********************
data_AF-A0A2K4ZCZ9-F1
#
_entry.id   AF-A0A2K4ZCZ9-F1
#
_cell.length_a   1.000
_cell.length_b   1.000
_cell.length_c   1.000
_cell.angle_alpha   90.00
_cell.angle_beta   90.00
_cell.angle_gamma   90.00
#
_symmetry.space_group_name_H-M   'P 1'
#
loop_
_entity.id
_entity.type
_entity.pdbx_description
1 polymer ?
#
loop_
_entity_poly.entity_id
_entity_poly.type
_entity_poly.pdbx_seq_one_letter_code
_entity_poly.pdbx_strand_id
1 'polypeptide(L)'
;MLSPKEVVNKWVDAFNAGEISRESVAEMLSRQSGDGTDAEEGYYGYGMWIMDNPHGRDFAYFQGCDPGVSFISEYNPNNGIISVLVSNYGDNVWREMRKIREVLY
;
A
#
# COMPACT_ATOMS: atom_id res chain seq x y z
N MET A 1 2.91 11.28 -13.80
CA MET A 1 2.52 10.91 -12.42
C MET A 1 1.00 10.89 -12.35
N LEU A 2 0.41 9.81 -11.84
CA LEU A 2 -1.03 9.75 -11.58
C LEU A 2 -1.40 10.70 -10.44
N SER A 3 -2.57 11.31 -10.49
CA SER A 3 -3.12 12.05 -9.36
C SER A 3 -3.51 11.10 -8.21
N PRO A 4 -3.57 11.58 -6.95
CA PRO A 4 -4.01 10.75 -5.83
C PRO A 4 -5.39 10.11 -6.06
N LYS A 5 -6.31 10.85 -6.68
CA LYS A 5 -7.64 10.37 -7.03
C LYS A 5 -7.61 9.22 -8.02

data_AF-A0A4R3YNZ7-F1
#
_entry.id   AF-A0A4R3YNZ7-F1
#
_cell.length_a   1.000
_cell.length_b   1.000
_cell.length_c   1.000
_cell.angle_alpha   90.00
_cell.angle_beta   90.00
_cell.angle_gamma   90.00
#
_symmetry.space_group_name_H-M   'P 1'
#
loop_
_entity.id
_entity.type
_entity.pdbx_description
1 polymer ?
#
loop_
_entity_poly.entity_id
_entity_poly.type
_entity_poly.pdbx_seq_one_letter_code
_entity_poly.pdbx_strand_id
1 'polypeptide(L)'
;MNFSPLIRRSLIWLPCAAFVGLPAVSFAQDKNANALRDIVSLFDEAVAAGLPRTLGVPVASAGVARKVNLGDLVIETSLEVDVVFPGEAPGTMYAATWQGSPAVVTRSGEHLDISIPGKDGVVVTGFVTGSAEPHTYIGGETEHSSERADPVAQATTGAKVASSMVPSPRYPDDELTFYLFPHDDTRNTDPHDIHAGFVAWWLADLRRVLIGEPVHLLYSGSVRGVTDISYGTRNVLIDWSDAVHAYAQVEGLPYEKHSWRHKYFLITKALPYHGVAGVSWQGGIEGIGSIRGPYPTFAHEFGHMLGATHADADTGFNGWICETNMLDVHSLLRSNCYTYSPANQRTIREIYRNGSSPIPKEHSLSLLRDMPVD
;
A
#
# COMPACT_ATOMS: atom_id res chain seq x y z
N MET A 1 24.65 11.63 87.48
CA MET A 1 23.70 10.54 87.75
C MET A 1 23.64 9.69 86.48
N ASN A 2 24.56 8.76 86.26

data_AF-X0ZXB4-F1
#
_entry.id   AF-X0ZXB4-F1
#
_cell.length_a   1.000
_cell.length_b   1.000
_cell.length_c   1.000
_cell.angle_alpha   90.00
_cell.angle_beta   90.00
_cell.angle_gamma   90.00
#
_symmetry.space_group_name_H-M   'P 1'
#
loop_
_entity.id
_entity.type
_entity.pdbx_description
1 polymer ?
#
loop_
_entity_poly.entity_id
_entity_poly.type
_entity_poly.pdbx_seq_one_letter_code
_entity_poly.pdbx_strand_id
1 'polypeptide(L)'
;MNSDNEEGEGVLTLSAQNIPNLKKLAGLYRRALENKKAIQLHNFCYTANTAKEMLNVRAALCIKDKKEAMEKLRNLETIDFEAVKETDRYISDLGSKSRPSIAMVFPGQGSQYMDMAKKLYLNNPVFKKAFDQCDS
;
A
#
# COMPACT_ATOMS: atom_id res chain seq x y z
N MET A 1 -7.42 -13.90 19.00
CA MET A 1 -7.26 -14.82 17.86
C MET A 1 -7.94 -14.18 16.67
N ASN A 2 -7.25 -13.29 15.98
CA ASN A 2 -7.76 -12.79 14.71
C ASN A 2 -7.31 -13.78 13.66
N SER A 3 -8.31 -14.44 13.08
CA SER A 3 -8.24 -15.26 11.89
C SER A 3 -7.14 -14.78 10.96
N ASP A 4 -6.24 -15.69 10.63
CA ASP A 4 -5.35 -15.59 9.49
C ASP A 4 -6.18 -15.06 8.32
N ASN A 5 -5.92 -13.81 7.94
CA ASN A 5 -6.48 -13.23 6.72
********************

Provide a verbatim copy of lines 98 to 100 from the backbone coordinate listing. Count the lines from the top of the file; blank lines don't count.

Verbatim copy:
#
loop_
_entity_poly.entity_id